“Help! I haven’t got a printing press!”
Many students come on courses in my studio and catch the printmaking bug. By the end of the course they are enthusiastically planning their next printmaking experiments, and then realise with a cry of despair “I haven’t got a printing press!”
There are lots of ways to print without a press, particularly with relief plates and mono prints, but if you want to do collagraphs and intaglio techniques you really need the pressure of an etching press to get good results.
The right kind of press
Sometimes people say they have a press in the cellar, but it often turns out to be a nipping press used for bookbinding, these are great for relief printing, (or bookbinding) however squeezing something between two flat plates will not generate the same pressure as the rollers of an etching press.
The etching press works like a mangle; the rollers exert a huge pressure on the paper, pressing it against the inky plate so the surface of the plate is embossed into the surface of the paper, revealing all the tiny details of texture.
Once you have made a successful collagraph print with an etching press there is no going back, you will have to find one!
There are several solutions to the no press situation:
1. Find a friendly printmaker
Collagraph plates are easy to make at home as the materials are mainly everyday things; they may be a bit messy, but are all safe to use on the kitchen table.
Once you have made some plates check your local Artists Open Studios listing and ask around at picture framers or galleries to find local printmakers.
You may be able to come to an arrangement with a printmaker near you to use their press in exchange for something – money? Cake? Help with Open Studios?
2. Join a printmaking workshop.
Lots of printmakers get together to share equipment, and the number of workshops is growing as more people discover the wonders of printmaking. ‘Printmaking Today’ magazine has a pretty comprehensive listing of UK print workshops. With luck a bit of googling should turn up something not too far away from you, or at least give you some useful leads to follow in your quest for access to a press.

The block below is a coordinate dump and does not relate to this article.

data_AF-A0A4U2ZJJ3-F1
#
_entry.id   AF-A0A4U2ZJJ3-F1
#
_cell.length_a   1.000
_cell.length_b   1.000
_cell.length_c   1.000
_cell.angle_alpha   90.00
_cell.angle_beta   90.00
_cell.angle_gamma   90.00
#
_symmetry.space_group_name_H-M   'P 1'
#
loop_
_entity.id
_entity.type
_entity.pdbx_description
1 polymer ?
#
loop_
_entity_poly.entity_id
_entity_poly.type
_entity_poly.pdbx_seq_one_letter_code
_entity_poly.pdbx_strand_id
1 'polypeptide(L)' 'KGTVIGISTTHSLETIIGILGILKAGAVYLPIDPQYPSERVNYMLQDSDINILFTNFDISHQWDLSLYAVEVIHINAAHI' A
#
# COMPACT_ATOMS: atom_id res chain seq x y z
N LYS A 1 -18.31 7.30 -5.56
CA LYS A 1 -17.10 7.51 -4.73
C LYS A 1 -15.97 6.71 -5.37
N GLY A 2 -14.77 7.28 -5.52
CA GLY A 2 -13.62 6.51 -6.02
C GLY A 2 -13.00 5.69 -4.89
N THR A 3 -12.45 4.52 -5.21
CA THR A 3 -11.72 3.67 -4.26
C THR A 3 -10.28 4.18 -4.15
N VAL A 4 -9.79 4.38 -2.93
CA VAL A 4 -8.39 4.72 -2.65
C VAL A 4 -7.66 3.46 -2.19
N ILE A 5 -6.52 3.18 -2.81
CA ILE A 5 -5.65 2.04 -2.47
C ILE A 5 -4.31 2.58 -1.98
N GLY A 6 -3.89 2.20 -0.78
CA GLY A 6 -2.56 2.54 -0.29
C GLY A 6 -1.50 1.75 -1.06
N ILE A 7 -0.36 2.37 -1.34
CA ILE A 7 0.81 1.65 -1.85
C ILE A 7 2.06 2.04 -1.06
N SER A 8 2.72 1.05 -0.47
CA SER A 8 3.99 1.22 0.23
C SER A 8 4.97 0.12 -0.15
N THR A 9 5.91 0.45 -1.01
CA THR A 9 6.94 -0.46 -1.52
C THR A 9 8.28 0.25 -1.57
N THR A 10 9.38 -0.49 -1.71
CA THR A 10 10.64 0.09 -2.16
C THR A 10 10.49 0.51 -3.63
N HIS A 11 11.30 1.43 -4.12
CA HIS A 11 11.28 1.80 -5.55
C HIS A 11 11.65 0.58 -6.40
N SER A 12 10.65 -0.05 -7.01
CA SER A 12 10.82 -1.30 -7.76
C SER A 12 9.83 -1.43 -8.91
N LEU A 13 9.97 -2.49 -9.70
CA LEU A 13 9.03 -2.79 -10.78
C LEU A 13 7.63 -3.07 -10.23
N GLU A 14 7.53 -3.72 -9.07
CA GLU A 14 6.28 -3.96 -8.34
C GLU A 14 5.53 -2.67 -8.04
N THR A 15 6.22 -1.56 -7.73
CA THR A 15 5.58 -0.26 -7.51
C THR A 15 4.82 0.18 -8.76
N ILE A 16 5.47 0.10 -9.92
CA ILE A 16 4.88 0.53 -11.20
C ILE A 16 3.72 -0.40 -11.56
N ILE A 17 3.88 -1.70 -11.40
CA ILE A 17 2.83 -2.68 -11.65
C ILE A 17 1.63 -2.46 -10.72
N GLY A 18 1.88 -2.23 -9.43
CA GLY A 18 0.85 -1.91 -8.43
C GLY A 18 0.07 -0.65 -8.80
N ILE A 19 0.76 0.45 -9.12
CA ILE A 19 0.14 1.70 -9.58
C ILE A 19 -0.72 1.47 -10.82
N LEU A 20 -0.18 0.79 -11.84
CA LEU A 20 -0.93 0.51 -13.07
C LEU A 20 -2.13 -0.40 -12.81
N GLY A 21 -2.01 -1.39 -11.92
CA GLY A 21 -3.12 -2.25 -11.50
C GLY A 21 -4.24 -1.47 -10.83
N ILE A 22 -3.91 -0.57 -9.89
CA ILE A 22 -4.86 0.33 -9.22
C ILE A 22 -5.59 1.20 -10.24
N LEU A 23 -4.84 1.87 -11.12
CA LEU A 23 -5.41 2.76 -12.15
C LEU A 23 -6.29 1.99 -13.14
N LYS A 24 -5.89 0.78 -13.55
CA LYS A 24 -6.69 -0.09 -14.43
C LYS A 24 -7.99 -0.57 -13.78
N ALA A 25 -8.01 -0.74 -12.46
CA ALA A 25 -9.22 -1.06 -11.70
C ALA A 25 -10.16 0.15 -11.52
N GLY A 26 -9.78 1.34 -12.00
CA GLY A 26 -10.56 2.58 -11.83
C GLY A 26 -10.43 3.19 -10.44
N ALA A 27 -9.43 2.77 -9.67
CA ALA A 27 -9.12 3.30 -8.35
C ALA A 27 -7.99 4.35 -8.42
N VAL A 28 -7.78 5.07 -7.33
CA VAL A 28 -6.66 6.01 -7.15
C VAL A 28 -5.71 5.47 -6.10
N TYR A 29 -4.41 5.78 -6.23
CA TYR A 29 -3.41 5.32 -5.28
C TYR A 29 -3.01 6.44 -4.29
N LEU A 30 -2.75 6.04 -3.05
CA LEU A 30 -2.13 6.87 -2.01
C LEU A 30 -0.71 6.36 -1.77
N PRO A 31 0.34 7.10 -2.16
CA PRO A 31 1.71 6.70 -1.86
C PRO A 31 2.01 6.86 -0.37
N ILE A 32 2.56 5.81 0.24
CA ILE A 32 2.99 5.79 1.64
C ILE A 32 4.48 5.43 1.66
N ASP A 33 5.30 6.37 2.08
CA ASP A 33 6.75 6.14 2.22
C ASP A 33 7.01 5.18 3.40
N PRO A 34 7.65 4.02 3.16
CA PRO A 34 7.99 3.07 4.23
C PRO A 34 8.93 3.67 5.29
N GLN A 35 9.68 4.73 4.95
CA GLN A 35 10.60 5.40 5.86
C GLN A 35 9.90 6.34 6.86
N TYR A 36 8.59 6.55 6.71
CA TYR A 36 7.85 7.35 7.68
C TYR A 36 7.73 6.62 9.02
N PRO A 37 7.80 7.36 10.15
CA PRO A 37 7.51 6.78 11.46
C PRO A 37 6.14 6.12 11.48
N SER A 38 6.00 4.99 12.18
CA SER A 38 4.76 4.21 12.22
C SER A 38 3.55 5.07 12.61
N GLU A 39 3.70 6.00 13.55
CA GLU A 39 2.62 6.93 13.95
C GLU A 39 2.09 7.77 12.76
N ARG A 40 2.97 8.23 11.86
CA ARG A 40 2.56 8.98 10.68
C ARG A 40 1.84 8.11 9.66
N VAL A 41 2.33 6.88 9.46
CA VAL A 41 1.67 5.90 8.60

3. Try going back to college
If you are lucky your local college may still have a printmaking facility, although there have been many horror stories of presses being scrapped and replaced by computers. Some school art departments also have printmaking facilities and a chat with the art teacher or technician may get you access to the press.
Pros and cons of borrowing a printing press
The big advantage of sharing equipment is that you will be in touch with fellow printmakers, and the chance to exchange ideas and information is truly priceless as well as being fun, and leads to discovering new friends.
All these approaches have the downside of travelling and taking all your stuff with you, paper, ink, rollers etc. Your time on the press will necessarily be limited, so you must be well organised, and you may not have the luxury of time for pondering and experimenting.
If you like to take your time and work alone you need your own press……
4. Get your own handy little press
The one I always recommend to people starting out is the X-cut Xpress die-cutting machine. For around £80 you can have your own handy little press to experiment with in the privacy of your own kitchen. This is the cheapest way I have found to get a press.